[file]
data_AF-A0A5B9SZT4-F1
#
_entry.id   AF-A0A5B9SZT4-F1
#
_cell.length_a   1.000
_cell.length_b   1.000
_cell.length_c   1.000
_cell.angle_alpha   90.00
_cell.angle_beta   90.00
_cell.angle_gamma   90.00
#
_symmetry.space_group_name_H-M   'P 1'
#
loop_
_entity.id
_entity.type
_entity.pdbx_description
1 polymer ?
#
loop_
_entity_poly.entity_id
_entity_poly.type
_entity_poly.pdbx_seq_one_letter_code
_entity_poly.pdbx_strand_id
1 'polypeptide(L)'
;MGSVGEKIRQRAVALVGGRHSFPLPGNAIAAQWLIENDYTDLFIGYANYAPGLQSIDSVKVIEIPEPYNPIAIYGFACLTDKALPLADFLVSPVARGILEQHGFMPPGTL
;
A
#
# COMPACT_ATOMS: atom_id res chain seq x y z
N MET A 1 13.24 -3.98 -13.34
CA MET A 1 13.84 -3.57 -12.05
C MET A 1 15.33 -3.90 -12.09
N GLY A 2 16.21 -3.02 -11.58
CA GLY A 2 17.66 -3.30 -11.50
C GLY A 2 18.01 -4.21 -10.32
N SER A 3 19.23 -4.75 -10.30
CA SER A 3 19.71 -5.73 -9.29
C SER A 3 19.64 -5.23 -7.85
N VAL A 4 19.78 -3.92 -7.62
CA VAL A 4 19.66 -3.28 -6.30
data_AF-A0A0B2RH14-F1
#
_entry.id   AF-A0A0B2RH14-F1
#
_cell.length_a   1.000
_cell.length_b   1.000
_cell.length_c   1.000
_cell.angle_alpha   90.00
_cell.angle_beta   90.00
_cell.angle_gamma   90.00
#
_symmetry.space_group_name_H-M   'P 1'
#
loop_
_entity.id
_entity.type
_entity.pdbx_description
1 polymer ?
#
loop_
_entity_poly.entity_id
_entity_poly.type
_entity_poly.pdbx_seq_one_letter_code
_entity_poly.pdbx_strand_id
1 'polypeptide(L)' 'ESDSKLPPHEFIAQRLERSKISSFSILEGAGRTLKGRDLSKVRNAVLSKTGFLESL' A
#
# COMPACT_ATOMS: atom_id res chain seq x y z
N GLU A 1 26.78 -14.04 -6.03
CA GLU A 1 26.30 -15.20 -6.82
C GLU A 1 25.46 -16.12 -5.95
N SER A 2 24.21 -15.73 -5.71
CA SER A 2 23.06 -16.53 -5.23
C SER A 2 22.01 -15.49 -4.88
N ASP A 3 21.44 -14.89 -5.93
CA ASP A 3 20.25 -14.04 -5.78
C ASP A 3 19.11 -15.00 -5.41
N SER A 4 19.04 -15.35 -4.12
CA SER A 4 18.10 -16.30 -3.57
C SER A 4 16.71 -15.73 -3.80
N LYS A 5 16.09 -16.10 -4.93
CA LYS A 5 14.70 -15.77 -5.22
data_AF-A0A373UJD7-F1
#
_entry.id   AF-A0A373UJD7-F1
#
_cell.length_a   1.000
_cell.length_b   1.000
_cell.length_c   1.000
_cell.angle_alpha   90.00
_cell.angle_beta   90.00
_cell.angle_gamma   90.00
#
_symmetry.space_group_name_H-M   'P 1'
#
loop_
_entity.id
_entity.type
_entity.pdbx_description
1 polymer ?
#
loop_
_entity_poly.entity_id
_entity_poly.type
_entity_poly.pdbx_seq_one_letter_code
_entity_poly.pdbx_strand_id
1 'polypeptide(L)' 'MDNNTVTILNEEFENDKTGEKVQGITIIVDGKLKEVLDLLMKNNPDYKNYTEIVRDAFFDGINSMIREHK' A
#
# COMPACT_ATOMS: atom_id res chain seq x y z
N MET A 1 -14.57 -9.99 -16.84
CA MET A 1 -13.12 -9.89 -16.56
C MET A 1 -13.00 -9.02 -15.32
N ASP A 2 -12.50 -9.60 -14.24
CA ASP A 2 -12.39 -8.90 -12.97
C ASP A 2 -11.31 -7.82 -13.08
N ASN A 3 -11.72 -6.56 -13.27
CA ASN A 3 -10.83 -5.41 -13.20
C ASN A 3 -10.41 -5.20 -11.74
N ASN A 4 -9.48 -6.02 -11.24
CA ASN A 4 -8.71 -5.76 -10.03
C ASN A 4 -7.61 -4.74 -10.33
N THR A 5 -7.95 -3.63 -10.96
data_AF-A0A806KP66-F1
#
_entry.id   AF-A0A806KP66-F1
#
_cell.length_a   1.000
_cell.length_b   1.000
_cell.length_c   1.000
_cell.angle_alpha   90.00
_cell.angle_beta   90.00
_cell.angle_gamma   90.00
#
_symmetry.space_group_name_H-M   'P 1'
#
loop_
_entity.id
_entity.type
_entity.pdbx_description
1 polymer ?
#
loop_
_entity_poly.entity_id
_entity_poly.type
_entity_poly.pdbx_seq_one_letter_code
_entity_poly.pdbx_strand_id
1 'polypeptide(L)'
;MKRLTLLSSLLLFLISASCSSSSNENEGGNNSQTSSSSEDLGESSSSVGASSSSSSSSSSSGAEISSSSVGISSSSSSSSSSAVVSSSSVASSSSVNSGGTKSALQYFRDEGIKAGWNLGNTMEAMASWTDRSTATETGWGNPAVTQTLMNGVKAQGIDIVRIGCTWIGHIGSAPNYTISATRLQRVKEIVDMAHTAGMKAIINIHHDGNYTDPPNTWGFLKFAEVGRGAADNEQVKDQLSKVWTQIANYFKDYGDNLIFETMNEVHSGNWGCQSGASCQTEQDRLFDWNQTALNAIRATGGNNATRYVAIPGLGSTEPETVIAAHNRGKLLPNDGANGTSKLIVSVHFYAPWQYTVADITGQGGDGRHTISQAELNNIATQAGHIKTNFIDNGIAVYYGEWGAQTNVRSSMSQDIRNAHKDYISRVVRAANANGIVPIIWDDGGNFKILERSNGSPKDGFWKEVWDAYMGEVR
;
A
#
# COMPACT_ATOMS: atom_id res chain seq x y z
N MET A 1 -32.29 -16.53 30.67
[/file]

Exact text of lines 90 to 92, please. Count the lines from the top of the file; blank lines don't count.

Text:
_cell.angle_alpha   90.00
_cell.angle_beta   90.00
_cell.angle_gamma   90.00